I Name Thee…

The Currambene Creek is often referred to as a river because of its sandy bottom and wide bends that lead out to Jervis Bay. Each time I journey through its channels on my kayak or walk along its shores, I am greeted by nature’s astounding brilliance. At this very moment, I am looking through the burrawangs, watching the tide flow. An egret is picking its way along the tidal zone on the opposite bank. When the air coils, yacht halyards clang like wind chimes.

Traversing this waterway has brought an interesting distraction; the reading of boat names. Not only the names of vessels which are moored along the Currumbene’s channel but those that go past our house on the back of trailers, towards the boat ramp. Many of these are humorous. There is one in particular that does a great job of drawing your attention with its bright green one hundred dollar bills splashed across its hull. It is aptly named, ‘In Debt’! Others that have brought a smile to my face are: ‘Weekend Detention’, ‘No Excuses’, ‘Sassea’ and ‘Angler Management’. Lists of humorous names can be found on the Internet such as: ‘Beeracuda’, ‘Devocean’, ‘Nauti-by-Nature’, ‘Seas the Moment’, ‘A Wave From it All’, ‘Sail La Vie’ and ‘Marlin Monroe’.

The naming of boats began thousands of years ago and was based on superstition and fear of the unknown. By naming a boat after one of the great gods it was thought that protection would be given. The ancient Greek sailors would also pray to the sea god Poseidon for a safe journey.

The Romans ships often carried two ornate and decorative wooden carvings. On the prow (the forward-most part of a ship’s bow that cuts through the water) was a figurine or figurehead that represented the ship’s name such as a lady, a swan or an eagle. On the back of the ship was the tutela. This was the god or talisman that provided protection. The Vikings were also fond of using figureheads on their boats but these were menacing looking dragons that were also believed to give protection. Christians named their boats after saints so that the sailors were kept safe at sea.

We have all heard of the famously named ‘Titanic’. The largest moveable manmade object on earth was a show of confidence. In the battle for steamship supremacy, the world was told that it was unsinkable. It came to a crushing end when it hit an iceberg in the Atlantic Ocean on its maiden voyage, over a century ago. The word, titan, comes from Greek mythology. The Titans were a race of giant gods who ruled the Earth until they were overthrown by Zeus and the other gods. The Titanic symbolised strength and power but perhaps the human hubris (self confidence and extreme pride) offended the ancient Greek gods who often punished those with such a trait.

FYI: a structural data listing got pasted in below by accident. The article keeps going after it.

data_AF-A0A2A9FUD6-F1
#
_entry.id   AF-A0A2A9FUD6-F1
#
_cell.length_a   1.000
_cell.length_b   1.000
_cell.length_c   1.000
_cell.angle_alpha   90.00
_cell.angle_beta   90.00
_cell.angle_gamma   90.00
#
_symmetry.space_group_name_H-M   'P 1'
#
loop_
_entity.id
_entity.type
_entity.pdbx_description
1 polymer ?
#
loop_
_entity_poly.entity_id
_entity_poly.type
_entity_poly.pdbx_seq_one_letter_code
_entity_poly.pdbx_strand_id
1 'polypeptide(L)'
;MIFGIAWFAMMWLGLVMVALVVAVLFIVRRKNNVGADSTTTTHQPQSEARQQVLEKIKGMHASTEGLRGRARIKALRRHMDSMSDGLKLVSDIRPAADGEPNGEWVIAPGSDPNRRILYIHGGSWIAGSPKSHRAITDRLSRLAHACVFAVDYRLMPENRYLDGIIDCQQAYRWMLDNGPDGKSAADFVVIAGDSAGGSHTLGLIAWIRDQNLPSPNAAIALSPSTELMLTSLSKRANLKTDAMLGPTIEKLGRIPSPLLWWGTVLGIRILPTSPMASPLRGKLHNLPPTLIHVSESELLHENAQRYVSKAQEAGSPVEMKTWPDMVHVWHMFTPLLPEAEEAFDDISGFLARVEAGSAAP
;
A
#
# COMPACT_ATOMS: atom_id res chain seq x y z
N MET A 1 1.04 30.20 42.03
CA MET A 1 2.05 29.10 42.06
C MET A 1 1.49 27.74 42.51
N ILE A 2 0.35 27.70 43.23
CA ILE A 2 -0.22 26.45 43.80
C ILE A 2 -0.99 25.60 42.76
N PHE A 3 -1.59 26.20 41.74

And so, it is considered bad luck to change the name of a boat because legend has it that the gods of the sea, Poseidon and Neptune, personally know each and every vessel’s name as it is recorded in the ‘Ledger of the Deep’. A renaming ceremony can involve the invoking of Poseidon to de-name and rename the boat, the hiring of a celebrant and the drinking of lots of alcohol, preferably good champagne! A very good example of a boat renaming ceremony can be found at this website:

Boats have traditionally been ‘christened’ with the use of alcohol. This again harks back to ancient times when wine was poured over the vessel as an offering to the gods.

Another tradition is to give boats a female name. Even if a boat has a masculine name, it is usually referred to as a ‘she’. Some theories suggest that many boats were named after goddesses. Others say that sailors found comfort in a female name as they depended on the boat for life just as a child may depend on its mother. The sailors were cradled and protected by the ship. Or perhaps it goes back to the captain’s love for his ship. Contemporary explanations are not so kind. For example: It takes a lot of paint to keep her looking good; It’s not her initial expense, it is her upkeep or When coming into town, she always heads for the buoys.

So the next time you are travelling on or near a waterway, keep an eye out for the names of the boats rocking on the current and remember Poseidon may just be lurking beneath the surface, keeping an eye on them too!

Boats on the Currambene by Rowena Sierant

Boats on the Currambene by Rowena Sierant

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